ASKAP Report

Astronomer tags ASKAP as the best instrument in the world for finding FRB’s

Australian astronomers have found a ‘fast radio burst’ (FRB) after searching for only three and half days, using eight of ASKAP’s 36 dishes. FRB170107 was found as part of the CRAFT research project (Commensal Real-time ASKAP Fast Transients survey), which is led by CSIRO’s Dr Keith Bannister and Dr Jean-Pierre Macquart from the Curtin University node of ICRAR.

‘Fast radio bursts’ or FRBs are short, sharp spikes of radio waves lasting a few milliseconds. They appear to come from powerful events billions of light-years away but their cause is still a mystery. The first was discovered in 2007 and only two dozen have been found since.

Since January the team has continued to observe regularly (with less than 10 antennas), in parallel to array commissioning activities and have discovered three more FRBs at a range of implied distances.

Dr Bannister and his team expect to find one every two to three days when they are using 12 dishes and he says ASKAP is the best radio telescope in the world for finding FRBs.

To find the burst, the researchers used an unusual strategy, pointing each dish in a slightly different direction, like the segments of a fly’s eye. This multiplies the amount of sky the telescope can see. Eight ASKAP dishes can see 240 square degrees at once – about a thousand times the area of the full Moon.

The next step will be to determine the exact location of the FRBs and the team plans to continue with the fly’s eye observing. They are also looking forward to commensal interferometric observations in 2018, which will give ASKAP precise locations for every FRB it detects; resolving one of the key observational questions in FRB astrophysics.

ASKAP early science

ASKAP commissioning and science teams have released the first images and source catalogues derived from observations made at the beginning of the early science programme in October 2016. These observations were made with a subset of 12 antennas equipped with entirely new second generation phased array feed systems and the release marks the first time that data from these systems have been publicly released.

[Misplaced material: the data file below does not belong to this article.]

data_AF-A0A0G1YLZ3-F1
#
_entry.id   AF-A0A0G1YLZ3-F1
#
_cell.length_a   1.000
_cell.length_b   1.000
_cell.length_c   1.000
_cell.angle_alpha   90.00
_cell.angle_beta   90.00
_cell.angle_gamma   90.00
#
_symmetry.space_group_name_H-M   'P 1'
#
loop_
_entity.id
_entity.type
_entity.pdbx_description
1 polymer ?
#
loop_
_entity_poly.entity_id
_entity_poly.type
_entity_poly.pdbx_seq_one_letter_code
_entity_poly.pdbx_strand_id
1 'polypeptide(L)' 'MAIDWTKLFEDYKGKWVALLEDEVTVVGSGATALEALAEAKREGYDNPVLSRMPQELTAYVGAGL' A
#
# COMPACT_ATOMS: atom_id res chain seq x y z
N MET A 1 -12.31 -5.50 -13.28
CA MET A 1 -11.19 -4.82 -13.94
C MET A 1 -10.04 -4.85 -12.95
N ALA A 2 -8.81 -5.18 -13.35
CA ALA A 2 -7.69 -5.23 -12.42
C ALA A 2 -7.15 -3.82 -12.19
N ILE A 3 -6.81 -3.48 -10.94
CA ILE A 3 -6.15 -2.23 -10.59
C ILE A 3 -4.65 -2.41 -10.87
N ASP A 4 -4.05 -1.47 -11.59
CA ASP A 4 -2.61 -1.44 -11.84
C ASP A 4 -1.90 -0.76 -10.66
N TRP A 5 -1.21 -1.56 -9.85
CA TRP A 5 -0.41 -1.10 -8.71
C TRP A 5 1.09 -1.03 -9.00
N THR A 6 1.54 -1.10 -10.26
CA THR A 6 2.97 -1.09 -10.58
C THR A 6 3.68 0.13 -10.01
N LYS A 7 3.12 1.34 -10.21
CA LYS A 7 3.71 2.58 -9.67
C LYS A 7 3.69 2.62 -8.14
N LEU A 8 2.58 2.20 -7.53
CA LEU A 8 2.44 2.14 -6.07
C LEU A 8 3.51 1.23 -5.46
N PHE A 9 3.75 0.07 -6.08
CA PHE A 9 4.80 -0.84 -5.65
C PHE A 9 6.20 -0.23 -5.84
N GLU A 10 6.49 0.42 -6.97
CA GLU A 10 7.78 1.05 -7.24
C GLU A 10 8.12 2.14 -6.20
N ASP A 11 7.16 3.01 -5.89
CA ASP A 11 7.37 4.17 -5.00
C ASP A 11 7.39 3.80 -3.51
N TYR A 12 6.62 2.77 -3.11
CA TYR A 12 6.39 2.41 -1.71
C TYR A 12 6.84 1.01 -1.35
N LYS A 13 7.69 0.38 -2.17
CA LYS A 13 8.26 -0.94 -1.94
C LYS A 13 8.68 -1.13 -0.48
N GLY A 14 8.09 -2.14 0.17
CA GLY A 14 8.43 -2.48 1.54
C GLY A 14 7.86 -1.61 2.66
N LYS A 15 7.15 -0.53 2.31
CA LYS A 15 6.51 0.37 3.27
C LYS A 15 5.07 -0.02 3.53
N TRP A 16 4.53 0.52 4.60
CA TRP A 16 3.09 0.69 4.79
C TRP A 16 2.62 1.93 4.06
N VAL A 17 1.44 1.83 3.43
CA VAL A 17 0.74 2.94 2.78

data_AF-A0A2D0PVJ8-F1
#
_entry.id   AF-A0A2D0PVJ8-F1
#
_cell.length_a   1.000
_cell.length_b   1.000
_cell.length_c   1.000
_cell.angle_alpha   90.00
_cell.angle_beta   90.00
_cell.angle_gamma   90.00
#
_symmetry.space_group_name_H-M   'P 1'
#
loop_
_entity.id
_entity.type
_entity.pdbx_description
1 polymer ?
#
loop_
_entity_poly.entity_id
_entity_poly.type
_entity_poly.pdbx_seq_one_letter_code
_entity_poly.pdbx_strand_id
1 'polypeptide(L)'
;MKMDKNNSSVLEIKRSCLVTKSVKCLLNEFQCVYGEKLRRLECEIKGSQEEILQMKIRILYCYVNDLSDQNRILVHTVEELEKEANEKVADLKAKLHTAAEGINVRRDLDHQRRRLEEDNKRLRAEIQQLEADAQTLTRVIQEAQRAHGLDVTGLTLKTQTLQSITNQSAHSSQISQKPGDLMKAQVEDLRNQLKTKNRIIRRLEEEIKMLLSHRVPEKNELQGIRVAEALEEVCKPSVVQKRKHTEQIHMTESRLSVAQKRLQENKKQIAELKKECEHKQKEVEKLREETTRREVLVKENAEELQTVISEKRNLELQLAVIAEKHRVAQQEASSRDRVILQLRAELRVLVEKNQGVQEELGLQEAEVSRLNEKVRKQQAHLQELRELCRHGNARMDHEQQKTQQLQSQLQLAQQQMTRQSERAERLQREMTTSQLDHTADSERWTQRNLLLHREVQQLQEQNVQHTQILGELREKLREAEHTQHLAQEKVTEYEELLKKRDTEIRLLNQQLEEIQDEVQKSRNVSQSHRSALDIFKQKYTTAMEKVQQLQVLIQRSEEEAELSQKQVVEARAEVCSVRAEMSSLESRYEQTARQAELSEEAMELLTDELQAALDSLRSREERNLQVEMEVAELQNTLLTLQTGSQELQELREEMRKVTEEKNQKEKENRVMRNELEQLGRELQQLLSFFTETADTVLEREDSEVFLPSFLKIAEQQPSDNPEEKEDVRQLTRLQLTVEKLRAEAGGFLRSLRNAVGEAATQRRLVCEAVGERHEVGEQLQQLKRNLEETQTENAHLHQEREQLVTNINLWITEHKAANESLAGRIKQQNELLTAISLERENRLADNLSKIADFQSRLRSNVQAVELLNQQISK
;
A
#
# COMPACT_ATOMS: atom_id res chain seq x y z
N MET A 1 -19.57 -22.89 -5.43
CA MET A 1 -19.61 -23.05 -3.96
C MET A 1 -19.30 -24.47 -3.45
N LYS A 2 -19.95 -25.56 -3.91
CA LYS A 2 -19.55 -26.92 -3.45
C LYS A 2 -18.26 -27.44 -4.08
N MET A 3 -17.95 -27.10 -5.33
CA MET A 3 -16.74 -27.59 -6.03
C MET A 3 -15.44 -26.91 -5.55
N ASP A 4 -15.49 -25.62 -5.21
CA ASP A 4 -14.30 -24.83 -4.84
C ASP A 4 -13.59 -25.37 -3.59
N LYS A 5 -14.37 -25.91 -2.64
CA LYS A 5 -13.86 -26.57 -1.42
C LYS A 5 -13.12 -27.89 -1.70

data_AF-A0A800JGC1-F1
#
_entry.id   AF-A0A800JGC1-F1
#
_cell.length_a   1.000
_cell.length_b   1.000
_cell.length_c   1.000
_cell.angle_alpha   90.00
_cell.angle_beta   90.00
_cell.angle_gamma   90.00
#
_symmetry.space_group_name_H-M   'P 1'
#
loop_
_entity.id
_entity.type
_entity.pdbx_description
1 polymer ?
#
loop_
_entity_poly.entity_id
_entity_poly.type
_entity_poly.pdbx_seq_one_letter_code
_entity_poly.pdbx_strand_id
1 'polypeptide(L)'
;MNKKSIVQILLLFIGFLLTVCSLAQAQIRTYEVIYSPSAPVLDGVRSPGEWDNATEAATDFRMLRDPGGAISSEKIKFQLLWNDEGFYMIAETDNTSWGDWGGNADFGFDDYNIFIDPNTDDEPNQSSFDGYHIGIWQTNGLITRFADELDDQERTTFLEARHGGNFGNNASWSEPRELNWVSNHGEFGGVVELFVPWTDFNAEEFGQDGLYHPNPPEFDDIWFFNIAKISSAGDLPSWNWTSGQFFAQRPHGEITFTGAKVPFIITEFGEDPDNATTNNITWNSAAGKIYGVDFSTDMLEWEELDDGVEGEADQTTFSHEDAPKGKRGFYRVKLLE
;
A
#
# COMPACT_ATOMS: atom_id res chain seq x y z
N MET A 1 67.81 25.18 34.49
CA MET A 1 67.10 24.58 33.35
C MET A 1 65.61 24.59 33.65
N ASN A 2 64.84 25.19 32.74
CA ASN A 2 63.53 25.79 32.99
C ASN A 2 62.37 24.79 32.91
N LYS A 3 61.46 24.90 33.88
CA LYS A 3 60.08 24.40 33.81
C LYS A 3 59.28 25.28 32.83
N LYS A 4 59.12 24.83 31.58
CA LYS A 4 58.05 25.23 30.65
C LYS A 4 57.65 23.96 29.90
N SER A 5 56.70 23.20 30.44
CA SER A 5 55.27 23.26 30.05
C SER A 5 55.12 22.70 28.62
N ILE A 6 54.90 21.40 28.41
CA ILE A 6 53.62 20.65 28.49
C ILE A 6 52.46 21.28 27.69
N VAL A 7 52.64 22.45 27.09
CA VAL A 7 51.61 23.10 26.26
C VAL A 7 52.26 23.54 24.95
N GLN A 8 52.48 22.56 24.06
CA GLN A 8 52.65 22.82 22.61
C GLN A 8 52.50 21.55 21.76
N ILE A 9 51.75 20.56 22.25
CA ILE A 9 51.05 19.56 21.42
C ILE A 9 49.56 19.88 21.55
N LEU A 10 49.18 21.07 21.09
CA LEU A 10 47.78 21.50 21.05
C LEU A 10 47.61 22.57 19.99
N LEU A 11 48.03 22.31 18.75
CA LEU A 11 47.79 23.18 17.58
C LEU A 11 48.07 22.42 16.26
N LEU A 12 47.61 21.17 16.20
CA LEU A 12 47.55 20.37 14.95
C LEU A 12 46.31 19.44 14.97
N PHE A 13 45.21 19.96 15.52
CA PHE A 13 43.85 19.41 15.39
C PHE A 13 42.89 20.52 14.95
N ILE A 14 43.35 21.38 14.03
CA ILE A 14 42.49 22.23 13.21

The observations cover a total area of about 40 square degrees, which is more than 200 times the size of the full moon. To image such a large area of sky, we used all 36 of the ASKAP beams simultaneously in a 6×6 square grid.

These observations were recorded to disk at the Pawsey Supercomputing Centre, where they were reprocessed several times to adjust the settings of our science data pipeline. In the process of making these adjustments, the team also developed a set of quality metrics that can be used to assess how well the imaging software performs – these include comparing the detected source positions and fluxes to existing catalogues at similar wavelengths. This first science data set was produced with the ASKAP science data processing software named ASKAPsoft, running in the dedicated Supercomputer at Pawsey.